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Whither Kashmir?

Authorities still profess a muscular approach rather than ask themselves why three decades of military suppression has not “transformed the will and attitude of the people”.
Whither Kashmir

Image Courtesy: Greater Kashmir

Right before our eyes we are witness to a military suppression in Kashmir, in line with Indian army’s objective to “transform the will and attitude of the people”, and yet it has not stirred the conscience of opinion and policy makers in India.  With the Government of India pursuing a no-holds-barred hard-line approach to the seven-decade old conflict over Kashmir, it appears that Bhartiya Janata Party wants to out-perform military suppression of the 1990s. ‘Operation All Out’ being carried out by the Indian armed forces has been combined with oppressive policing methods that involve cordon and search operation, arbitrary detentions, torture in custody, filing of trumped up charges, and banning of Jamaat-e-Islami (JeI) and JKLF. The ban was imposed without even bothering to comply with law under which the ban was imposed. For instance, it is mandatory under Unlawful Activities (Prevention) Act, to provide the “grounds” or cases/facts or FIRs filed in the immediately preceding year/s against the organisation sought to be proscribed.  A judgment of the Supreme Court in JeI versus Union of India, 1994, laid stress on this while dismissing the ban imposed on JeI by the PV Narsimha Rao Government. In Kashmir’s case too, no grounds were provided in the official gazette notification banning the two organisations. Indeed, the authorities could not care less to follow the law. Here, rule by diktat is the operative rule. All this is taking place at a time when one of the most decisive elections in country’s history is taking place to elect the 17th Lok Sabha.

What is the consequence of this muscular approach? Thousands have overnight become “criminals” because they are related to someone who is a member of, or is somehow associated with the banned organisations which were otherwise working legitimately for most of thirty years. It’s easy picking now to paint someone as “suspect” and an adversary of India. It is nothing but the Indian State terrorising its own citizens. Even Kashmiri officials are under scrutiny for their links with the banned organisations. And those in authority trivialise the grave threat experienced by Kashmiris and/or express their disdain for Kashmiris.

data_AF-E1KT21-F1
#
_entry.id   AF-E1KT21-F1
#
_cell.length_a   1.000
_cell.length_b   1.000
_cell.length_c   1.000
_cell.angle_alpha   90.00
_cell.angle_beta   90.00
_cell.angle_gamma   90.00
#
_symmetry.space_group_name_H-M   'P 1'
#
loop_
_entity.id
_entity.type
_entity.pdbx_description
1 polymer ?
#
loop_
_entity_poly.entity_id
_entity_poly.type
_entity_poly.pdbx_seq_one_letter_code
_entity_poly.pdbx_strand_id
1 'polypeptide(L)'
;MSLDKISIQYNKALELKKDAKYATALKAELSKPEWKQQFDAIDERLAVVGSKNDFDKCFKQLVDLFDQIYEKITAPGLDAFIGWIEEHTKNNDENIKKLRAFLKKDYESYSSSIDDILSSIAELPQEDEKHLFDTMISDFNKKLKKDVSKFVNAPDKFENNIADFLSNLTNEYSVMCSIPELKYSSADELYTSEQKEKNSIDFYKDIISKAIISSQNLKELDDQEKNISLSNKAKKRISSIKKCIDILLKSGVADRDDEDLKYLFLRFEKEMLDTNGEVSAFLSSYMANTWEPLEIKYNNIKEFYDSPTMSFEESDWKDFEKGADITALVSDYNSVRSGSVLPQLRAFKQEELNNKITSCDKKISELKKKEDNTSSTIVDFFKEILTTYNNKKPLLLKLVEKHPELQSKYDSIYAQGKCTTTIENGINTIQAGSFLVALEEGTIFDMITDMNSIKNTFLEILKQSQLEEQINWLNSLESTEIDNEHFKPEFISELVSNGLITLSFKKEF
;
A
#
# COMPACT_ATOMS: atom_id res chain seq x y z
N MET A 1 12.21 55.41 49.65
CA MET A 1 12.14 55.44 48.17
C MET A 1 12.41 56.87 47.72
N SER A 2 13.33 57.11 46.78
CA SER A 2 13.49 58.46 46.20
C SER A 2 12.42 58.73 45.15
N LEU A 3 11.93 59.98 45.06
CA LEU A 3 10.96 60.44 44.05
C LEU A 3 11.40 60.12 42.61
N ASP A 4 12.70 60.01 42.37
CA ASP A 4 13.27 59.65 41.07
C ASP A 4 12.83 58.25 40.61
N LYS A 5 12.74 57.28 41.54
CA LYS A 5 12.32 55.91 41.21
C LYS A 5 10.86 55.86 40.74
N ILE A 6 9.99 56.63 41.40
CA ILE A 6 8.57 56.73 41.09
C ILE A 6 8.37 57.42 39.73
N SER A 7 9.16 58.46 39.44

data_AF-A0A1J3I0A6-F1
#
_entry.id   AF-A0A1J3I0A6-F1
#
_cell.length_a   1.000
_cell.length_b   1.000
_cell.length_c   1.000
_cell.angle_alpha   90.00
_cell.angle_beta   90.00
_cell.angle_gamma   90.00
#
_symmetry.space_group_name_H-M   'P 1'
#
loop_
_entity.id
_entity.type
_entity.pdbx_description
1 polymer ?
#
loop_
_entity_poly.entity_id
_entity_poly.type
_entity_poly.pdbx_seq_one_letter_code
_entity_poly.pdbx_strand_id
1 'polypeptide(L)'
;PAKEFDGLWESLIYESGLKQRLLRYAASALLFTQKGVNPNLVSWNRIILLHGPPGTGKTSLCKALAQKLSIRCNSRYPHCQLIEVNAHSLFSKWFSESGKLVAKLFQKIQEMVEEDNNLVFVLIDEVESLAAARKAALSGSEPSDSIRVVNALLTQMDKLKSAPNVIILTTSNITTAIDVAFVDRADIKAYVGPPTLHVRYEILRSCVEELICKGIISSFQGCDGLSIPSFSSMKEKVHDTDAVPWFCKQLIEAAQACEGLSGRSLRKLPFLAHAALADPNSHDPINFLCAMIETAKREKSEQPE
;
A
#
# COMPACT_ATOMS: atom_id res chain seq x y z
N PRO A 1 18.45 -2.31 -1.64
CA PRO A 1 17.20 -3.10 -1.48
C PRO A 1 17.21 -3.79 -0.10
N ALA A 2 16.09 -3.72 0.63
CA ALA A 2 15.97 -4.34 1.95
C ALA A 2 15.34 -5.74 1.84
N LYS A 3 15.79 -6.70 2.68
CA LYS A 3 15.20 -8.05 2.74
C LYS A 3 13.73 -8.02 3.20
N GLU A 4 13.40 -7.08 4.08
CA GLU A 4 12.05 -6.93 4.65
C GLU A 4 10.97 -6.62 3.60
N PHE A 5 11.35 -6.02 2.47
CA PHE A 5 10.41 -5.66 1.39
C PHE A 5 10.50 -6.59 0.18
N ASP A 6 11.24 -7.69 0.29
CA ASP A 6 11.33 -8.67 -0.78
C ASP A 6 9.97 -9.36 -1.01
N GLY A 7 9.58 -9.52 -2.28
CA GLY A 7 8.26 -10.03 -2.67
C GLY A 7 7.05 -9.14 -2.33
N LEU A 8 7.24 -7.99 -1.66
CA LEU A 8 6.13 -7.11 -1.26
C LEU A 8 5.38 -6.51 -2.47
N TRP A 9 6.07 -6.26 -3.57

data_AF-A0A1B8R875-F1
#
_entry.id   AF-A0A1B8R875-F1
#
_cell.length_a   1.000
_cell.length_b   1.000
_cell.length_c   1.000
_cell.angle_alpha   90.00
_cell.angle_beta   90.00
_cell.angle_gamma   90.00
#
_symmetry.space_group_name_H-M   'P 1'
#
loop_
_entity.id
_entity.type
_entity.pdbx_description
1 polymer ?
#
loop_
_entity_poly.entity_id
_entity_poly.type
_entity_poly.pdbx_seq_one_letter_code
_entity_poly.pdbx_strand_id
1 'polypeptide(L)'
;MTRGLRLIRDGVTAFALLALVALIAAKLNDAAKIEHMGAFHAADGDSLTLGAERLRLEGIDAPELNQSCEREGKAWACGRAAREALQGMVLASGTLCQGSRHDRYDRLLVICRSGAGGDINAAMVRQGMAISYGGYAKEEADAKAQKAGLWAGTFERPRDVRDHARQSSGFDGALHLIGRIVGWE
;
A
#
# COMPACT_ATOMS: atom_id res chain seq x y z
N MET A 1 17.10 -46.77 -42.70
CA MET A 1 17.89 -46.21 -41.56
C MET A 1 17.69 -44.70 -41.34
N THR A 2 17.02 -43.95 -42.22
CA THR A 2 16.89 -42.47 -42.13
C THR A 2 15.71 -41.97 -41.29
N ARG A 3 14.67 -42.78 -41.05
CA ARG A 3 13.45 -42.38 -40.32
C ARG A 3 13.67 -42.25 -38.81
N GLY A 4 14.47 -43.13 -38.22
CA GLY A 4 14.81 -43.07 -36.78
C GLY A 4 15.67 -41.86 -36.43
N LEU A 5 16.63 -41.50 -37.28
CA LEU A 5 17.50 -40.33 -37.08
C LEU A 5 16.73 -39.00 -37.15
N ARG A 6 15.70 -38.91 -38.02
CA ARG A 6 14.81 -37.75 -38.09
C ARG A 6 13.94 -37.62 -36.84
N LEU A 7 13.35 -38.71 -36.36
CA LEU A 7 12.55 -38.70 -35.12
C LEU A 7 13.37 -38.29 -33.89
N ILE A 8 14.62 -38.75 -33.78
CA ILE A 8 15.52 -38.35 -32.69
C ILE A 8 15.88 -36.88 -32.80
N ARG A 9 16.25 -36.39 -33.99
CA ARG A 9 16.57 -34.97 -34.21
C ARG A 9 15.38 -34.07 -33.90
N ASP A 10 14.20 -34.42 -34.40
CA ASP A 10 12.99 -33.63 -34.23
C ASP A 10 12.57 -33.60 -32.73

Lawless Government

When the government does not follow the law that they enforce on people and Constitutional freedoms remain virtually suspended, it makes Kashmir into an area of darkness and lawlessness. Neither does the Rule of Law prevail as in non-conflict areas of the country, nor does Rule of War operate in what has been a “Disturbed Area” for past three decades. It is this that should be a cause of concern because a region said to be “integral part of India” smacks of being ruled as though it is an alien land peopled by “proxy warriors”, rather than fellow citizens who are alienated and desperate for a political resolution.

Neither infiltration, which is in double digits only, nor the number of militants (a few hundreds, indigenous and foreign), can justify a huge deployment of army, central para-military forces, J&K armed police backed by former rebels who are now SPOs, to fight militancy. That too in a land area 60 km long and 40 km wide. The increased deployment of 100 companies of CRPF in the past six months, and restrictions imposed on movements of people with more bunkers, checkpoints, camps to house the soldiers, makes Kashmir a highly militarised  zone, crowded with security camps.

To make this harsh reality more bitter, authorities recently imposed a ban on civilian vehicles on the National Highway on Wednesdays and Sundays, reserving it for military vehicles. This is reminiscent of the British colonial ruler’s habit of imposing collective punishment on people whenever things went out of their control or they feared losing control. This is what is being imposed on Kashmiris by the “nationalist” BJP led Government. Interestingly, banning civilian vehicles is something which was never attempted even at the height of insurgency in 1990s. The Army protested the recent ban saying that they were not consulted and that they will ply their vehicles every day of the week barring Friday. In fact, on Monday April 16th, Army personnel stopped all civilian vehicles and beat up the SDM of Dooru (district Anantnag) near Dalwach Square near Qazigund along with his four colleagues who were travelling in an official car while on election duty. So, between two-day ban by Indian government and local level restrictions on plying of vehicles by the military personnel, Kashmiris are being squeezed from both sides. This affects every routine activity including attending schools, rushing to hospitals, attending work, visiting market, or going for business, etc. It is said that this prohibition will last until May 31, but by then a people already suffering from military suppression would have experienced manifold greater pain.